I wouldn't be so sure about that. If you read the article, it starts out with the story of a suspicious character by the name of Mike Fikri. Fikri has bought a one-way ticket from Egypt to Florida, he's making bank withdrawals from Russia, talking to suspicious people in Syria, scoping out crowded places at Disneyworld. The scenario lays out something a lot like the lead up to 9/11: lots of individual actions that alone mean nothing, but together make a huge red flag and make this guy a Person of Interest. And Palantir can allow the government to spot this guy before he executes his plot. And you start thinking, wow, if this technology really spotted this guy, maybe it's worth thinking seriously about it.

    All of that is really easier than deciding not to use economic warfare to push other nations around? It's easier than not using our intelligence agencies to overthrow elected governments and replace them with dictators who play ball with us?

    Or did you think they hate us for our great freedoms? In that case they should like us by now and admire the path we're on.

    Basically, the War on Terror proponents want to engage you in a debate that goes like this: "Aren't you willing to give up just a little liberty for a lot of security?" It's a reasonable proposition for anyone but a hardcore libertarian

    So not being a coward makes one a hardcore libertarian? Or being observant enough to recognize the problems with the government's brand of "security" and the way it's always sold in terms of fear requires a particular political philosophy?

    See this is the problem with politics. Everyone wants to be a member of some team and then it's a "go team go!" mentality instead of starting with the facts, a good understanding of history, and proceeding from there. I'm happy to dismantle every program like this and then take my chances of dying in a terrorist attack. I'm more likely to get struck by lightning but I'll chance that too, even without a portable Faraday cage.

  • Re:Hello (Score:5, Insightful)

    by PopeRatzo (965947) * on Saturday November 26, 2011 @06:11PM (#38176636) Homepage Journal

    Creepy, definitely creepy.

    a system designed to aggregate disparate data points gathered by intelligence agencies and weave them into a more useful narrative

    A "more useful narrative".

    The use of that term of art sends shivers up my spine. I'm not comfortable with our intelligence agencies "weaving" "narratives".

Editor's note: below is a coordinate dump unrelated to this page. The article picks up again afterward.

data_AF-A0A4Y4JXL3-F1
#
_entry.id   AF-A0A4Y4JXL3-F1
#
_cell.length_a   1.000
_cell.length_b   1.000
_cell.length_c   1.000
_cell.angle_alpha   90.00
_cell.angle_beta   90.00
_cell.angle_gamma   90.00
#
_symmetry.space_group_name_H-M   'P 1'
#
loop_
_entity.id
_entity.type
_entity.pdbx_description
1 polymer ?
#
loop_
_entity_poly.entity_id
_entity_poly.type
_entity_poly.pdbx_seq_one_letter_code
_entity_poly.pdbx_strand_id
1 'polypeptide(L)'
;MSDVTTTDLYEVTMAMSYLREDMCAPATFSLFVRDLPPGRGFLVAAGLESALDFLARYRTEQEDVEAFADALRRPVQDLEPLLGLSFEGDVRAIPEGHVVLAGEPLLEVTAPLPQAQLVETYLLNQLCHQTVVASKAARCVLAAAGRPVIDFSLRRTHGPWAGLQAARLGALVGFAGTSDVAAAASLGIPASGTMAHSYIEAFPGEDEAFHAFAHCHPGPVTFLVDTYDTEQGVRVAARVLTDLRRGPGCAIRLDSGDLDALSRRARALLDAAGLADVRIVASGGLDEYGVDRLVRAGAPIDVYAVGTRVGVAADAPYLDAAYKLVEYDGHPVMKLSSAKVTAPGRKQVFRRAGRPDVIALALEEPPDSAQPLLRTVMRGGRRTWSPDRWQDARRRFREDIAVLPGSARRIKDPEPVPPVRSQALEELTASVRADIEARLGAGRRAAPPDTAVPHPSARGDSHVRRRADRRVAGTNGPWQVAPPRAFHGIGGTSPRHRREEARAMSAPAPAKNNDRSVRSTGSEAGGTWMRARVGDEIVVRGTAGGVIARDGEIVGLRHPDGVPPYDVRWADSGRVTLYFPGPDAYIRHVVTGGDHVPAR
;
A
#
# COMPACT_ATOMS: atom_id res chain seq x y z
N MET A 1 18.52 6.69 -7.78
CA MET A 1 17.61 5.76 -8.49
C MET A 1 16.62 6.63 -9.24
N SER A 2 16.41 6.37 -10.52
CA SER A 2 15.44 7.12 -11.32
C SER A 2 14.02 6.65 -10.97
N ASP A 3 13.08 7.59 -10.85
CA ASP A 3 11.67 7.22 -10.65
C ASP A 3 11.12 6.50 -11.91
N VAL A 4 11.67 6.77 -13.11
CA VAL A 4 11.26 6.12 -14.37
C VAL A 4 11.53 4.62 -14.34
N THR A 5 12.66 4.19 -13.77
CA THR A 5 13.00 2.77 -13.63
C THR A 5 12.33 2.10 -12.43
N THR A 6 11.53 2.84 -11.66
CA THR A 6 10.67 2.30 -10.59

Looking back at the second half of the past century, I see a hell of a lot of human suffering that came from intelligence agencies "weaving narratives".

  • Re:Hello (Score:5, Insightful)

    by ultranova (717540) on Saturday November 26, 2011 @07:17PM (#38177118)

    palantir drives people mad and doesn't tell exactly what's going to happen anyhow!

    It's not the Palantir that drives them mad, it's Sauron using it to feed them misinformation that makes them do really stupid things, drawing the Good Guy's forces away from dealing with the actual attack. Which, I might add, shows a potential problem with such systems: all you have to do is have your underlings act suspiciously, so the system starts throwing alarms, and then have them pass by the same town. You don't even need to actually do anything, just act suspiciously and let paranoia do the rest.

  • Re:Hello (Score:4, Insightful)

    by Anthony Mouse (1927662) on Saturday November 26, 2011 @07:28PM (#38177190)

    Right now, the TSA is sitting on what I have been told is plenty of evidence that they have stopped a significant number of incidents.

    Even if true, that doesn't actually tell you anything. The question is whether the data mining efforts were required to stop them or if they would have been caught using more traditional methods.

    As for the "our detection methods are secret so the bad guys can't counter them" argument, that isn't consistent with a democracy. The public has to be informed before they can make a decision. The people making these claims have perverse incentives: They might genuinely be doing something good, they might just be exaggerating in order to keep their jobs or get more funding. The only way you can tell is if you actually evaluate what they're doing.

    If you want to argue that preventing terrorism is more important than having democracy and therefore we should in effect give these people unaccountable autonomy to protect us, I feel like most reasonable people are not going to agree to that. Or if they do we're in trouble. There are some things more important than catching bad guys.

  • Re:Hello (Score:3, Insightful)

    by rust627 (1072296) on Saturday November 26, 2011 @07:31PM (#38177224)

    problem is, we are talking governments here.
    if 10 years of government eavesdropping and data matching does not produce any credible result in an anti terror area, any other department that can will have its fingers in the data somewhere.
    and of course Government departments are not justified by results, Government departments are justified by budgets, so if it is spending all of its budget, then it is working . If at that point it is not achieving results this is only because either it does not have a big enough budget or it is not gathering enough data...
    Once a government department or division is started it is incredibly hard to stop, too many people get caught up in work and they will fight to maintain their jobs irrelevant of how immoral or useless their positions are.